The Swiss Federal Criminal Court issued a ruling on September 23 which has halted the closure of the investigation of the assassination of Dr. Kazem Rajavi that took place in Switzerland in 1990. Under the statute of limitations of murder, the case was set to close last year after 30 years, following an announcement from the public prosecutor for the Swiss canton of Vaud.
The reconsideration has come after Iranian opposition attorneys have argued in court that Dr. Rajavi’s death could be attributed to a case of genocide, as his assassination came just two years after the 1988 massacre, which saw the mass murders of 30,000 political prisoners at the hands of the Iranian regime.
Dr. Rajavi was near his home in Geneva in 1990 when he was gunned down by a 13-member hit squad that had been organized by regime officials. At the time, he had been working as a representative for the National Council of Resistance of Iran (NCRI) to Switzerland. Despite the men involved in his assassination being identified soon after, they fled back to Iran and no authorities have been able to execute warrants for their arrest since.
The assassination of Dr. Rajavi was carried out in accordance with the same fatwa which underlay the 1988 massacre – one in which then-Supreme Leader Ruhollah Khomeini declared that all members and supporters of the Mujahedin-e Khalq (MEK) were guilty of “enmity against God” and should therefore be executed without delay.
As the fatwa issued by Khomeini specifically named the MEK, and those who were in opposition to the regime’s fundamentalist interpretation of Islam, attorneys for the Iranian opposition have argued that Dr. Rajavi’s death can be linked to other assassinations in the same era which signify that the regime was trying to destroy the Iranian Resistance movement.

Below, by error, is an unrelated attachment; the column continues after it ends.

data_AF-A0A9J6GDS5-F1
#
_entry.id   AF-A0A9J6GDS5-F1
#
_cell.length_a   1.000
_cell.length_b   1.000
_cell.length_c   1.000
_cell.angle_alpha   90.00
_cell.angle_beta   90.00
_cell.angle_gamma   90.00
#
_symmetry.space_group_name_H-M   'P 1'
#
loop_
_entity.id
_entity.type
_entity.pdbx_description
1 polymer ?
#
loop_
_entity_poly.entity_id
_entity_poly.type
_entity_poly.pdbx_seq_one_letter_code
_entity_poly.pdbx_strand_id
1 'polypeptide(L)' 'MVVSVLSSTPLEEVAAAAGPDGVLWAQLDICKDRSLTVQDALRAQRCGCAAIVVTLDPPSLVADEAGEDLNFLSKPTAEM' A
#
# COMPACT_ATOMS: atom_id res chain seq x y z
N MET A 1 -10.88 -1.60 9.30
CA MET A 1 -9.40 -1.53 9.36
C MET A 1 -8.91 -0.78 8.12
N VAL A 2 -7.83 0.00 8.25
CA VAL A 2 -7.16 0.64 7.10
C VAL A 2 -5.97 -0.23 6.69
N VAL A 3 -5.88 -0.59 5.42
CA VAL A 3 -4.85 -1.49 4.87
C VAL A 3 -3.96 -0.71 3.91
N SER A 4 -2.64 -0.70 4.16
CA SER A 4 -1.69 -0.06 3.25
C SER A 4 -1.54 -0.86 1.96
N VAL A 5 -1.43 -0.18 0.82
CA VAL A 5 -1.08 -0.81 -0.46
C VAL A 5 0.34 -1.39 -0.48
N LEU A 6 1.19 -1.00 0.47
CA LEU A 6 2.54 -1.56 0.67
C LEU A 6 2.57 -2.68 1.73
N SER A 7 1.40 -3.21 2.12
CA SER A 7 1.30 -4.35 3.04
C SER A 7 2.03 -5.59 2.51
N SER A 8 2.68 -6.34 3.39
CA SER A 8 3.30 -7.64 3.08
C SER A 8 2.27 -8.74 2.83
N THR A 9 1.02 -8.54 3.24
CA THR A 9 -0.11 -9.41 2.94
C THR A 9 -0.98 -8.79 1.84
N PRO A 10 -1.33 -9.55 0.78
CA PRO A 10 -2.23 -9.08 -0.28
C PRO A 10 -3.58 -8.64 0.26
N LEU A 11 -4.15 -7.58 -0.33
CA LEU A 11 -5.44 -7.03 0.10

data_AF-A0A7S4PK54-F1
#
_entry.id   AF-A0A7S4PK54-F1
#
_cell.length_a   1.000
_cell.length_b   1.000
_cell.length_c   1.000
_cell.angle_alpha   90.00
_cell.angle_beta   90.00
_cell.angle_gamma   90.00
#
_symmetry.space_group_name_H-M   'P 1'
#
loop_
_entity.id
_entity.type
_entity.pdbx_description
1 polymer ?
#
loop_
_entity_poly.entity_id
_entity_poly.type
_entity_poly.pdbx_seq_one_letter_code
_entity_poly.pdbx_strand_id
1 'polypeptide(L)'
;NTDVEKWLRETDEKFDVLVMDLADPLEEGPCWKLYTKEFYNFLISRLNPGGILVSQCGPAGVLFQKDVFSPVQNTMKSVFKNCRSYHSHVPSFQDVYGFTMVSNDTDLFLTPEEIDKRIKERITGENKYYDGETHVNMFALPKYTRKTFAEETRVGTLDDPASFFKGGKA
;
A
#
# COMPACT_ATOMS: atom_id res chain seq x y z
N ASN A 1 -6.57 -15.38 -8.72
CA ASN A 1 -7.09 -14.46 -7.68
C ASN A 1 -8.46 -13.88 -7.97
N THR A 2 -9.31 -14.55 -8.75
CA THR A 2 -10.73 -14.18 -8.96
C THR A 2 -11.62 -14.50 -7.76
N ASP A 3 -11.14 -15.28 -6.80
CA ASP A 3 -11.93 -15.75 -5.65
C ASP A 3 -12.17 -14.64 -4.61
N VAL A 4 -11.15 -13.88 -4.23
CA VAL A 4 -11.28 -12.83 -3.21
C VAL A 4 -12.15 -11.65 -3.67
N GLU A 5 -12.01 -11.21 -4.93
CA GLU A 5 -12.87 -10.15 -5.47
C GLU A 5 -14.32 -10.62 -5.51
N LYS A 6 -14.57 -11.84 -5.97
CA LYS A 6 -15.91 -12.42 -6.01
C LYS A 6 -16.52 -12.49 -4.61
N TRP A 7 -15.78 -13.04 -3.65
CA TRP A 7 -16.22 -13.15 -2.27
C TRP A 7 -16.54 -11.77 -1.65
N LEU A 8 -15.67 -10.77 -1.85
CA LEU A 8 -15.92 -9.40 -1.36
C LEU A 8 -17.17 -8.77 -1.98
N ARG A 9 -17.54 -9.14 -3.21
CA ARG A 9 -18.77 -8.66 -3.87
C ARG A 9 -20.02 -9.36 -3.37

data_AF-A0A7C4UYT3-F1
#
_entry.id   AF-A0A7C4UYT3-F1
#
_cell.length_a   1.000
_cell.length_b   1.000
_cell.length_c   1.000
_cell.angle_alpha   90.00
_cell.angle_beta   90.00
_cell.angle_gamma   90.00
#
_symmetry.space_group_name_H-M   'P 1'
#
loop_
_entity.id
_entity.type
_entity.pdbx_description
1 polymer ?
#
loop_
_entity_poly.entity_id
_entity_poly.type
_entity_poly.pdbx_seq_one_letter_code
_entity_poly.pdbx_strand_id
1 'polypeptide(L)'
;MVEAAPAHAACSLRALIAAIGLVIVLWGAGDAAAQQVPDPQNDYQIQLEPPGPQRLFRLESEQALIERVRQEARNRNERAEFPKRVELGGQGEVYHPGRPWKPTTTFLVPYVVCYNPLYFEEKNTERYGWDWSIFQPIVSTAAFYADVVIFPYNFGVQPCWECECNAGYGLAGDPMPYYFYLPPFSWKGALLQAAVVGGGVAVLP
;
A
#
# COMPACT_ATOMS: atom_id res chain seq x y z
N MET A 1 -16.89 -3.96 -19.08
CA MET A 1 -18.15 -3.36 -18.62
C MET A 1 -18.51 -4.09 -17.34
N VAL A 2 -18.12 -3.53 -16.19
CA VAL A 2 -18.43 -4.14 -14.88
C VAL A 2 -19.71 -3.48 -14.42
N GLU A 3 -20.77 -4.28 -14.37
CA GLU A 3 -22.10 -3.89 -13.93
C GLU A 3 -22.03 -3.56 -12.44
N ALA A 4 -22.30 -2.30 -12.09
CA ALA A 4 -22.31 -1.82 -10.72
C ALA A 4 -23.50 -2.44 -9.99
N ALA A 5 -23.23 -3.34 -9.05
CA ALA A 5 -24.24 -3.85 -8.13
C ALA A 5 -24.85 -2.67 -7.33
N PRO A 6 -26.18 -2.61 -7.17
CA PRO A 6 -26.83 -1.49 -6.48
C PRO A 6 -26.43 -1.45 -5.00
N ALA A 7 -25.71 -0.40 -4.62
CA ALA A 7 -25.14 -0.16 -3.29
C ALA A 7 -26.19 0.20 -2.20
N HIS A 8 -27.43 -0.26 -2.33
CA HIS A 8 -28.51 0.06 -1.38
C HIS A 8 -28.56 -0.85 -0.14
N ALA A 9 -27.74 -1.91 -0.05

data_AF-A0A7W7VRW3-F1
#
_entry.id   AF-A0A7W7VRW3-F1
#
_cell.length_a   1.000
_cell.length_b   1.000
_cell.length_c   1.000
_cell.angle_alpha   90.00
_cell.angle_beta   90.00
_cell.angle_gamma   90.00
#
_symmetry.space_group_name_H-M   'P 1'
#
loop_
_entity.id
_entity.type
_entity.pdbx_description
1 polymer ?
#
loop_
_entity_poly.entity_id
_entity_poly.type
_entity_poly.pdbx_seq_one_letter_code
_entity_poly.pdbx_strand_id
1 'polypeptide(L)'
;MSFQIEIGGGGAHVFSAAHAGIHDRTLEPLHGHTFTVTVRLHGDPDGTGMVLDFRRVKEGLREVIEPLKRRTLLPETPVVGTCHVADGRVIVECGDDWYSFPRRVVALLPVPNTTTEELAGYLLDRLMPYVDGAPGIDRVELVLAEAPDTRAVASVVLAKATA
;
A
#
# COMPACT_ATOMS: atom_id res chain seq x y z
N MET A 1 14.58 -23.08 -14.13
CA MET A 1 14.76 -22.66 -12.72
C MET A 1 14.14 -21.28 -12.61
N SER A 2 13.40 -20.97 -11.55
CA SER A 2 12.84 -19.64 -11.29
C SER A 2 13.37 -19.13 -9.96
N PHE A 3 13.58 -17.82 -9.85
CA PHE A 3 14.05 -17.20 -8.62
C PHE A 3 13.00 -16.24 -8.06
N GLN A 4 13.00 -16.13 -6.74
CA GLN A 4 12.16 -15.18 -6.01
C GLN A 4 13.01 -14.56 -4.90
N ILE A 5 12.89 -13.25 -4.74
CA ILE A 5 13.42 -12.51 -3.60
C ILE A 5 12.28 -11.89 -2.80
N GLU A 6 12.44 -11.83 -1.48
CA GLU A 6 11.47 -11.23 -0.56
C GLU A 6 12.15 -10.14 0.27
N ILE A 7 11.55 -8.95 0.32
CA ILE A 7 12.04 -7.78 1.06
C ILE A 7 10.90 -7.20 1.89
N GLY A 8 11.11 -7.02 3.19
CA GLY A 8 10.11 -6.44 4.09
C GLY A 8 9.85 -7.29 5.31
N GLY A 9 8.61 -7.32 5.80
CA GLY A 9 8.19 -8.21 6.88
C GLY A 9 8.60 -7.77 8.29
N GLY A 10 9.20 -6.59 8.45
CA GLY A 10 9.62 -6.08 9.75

In a conference in August, participants highlighted that the prosecutions of regime officials could take place in the International Criminal Court on the principle of universal jurisdiction. Two experts who were present for the conference, Professor Eric David from the University of Brussels and British human rights lawyer Geoffrey Robertson, both made statements that the atrocities committed at the 1988 massacre fit the criteria to be labeled as acts of genocide.
That expression of impunity was reinforced at the international level by the presence of a European delegation at Raisi’s inauguration, in the wake of widespread calls for him to be isolated, delegitimized, and ultimately prosecuted for genocide.
Western governments’ methods of appeasing the regime instead of holding them accountable for their crimes against humanity have only reinforced the sense of impunity that the regime has. However, the Swiss court’s decision to halt the closure of the investigation into Dr. Rajavi’s murder seems to be a step in the right direction to finally uncloak the regime’s impunity.
President-elect of the NCRI, Maryam Rajavi has described the court’s decisions as a ‘historic turning point’ and a ‘necessary step in countering the unbridled terrorism of the clerical regime’.
She warned the international community that recent events involving the regime, show that they have not changed how they operate in the past 30 years since the atrocities that they caused in the late 80s and early 90s. In reference to the 2018 bomb plot of an NCRI rally in Paris, and the brutal crackdown of the 2019 uprising in Iran she said, “Terrorism and repression are inherent and indispensable to the ruling religious tyranny.”
These incidents make it clear that as well as defining the regime’s current presidential administration, the legacy of the 1988 massacre represents persistent threats both to the Iranian people and to global security.